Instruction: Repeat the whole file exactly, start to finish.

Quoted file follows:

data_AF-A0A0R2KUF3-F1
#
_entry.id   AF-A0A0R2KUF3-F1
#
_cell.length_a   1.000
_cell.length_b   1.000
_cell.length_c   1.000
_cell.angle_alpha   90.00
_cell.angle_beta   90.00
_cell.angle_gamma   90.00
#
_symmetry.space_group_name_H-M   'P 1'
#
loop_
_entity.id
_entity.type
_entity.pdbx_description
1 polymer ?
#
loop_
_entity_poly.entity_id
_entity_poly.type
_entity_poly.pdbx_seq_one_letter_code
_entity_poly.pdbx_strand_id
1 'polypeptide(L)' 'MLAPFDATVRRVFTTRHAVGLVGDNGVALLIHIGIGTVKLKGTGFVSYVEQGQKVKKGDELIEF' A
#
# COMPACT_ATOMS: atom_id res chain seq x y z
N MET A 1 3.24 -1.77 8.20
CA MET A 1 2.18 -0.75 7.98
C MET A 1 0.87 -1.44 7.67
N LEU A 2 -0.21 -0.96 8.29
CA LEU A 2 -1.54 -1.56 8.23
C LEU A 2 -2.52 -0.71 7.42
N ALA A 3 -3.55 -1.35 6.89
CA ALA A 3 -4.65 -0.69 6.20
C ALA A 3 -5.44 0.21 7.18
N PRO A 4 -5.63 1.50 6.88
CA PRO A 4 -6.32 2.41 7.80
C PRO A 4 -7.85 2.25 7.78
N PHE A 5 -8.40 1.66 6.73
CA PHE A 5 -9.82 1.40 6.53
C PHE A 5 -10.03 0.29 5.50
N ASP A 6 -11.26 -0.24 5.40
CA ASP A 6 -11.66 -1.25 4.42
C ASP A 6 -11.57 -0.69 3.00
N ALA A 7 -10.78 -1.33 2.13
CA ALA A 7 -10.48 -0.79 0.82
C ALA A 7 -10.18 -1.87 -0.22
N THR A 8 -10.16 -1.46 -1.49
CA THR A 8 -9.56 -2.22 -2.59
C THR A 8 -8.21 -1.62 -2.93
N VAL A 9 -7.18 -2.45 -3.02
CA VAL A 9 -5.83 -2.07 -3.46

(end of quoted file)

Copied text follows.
data_AF-A0A0R2KUF3-F1
#
_entry.id   AF-A0A0R2KUF3-F1
#
_cell.length_a   1.000
_cell.length_b   1.000
_cell.length_c   1.000
_cell.angle_alpha   90.00
_cell.angle_beta   90.00
_cell.angle_gamma   90.00
#
_symmetry.space_group_name_H-M   'P 1'
#
loop_
_entity.id
_entity.type
_entity.pdbx_description
1 polymer ?
#
loop_
_entity_poly.entity_id
_entity_poly.type
_entity_poly.pdbx_seq_one_letter_code
_entity_poly.pdbx_strand_id
1 'polypeptide(L)' 'MLAPFDATVRRVFTTRHAVGLVGDNGVALLIHIGIGTVKLKGTGFVSYVEQGQKVKKGDELIEF' A
#
# COMPACT_ATOMS: atom_id res chain seq x y z
N MET A 1 3.24 -1.77 8.20
CA MET A 1 2.18 -0.75 7.98
C MET A 1 0.87 -1.44 7.67
N LEU A 2 -0.21 -0.96 8.29
CA LEU A 2 -1.54 -1.56 8.23
C LEU A 2 -2.52 -0.71 7.42
N ALA A 3 -3.55 -1.35 6.89
CA ALA A 3 -4.65 -0.69 6.20
C ALA A 3 -5.44 0.21 7.18
N PRO A 4 -5.63 1.50 6.88
CA PRO A 4 -6.32 2.41 7.80
C PRO A 4 -7.85 2.25 7.78
N PHE A 5 -8.40 1.66 6.73
CA PHE A 5 -9.82 1.40 6.53
C PHE A 5 -10.03 0.29 5.50
N ASP A 6 -11.26 -0.24 5.40
CA ASP A 6 -11.66 -1.25 4.42
C ASP A 6 -11.57 -0.69 3.00
N ALA A 7 -10.78 -1.33 2.13
CA ALA A 7 -10.48 -0.79 0.82
C ALA A 7 -10.18 -1.87 -0.22
N THR A 8 -10.16 -1.46 -1.49
CA THR A 8 -9.56 -2.22 -2.59
C THR A 8 -8.21 -1.62 -2.93
N VAL A 9 -7.18 -2.45 -3.02
CA VAL A 9 -5.83 -2.07 -3.46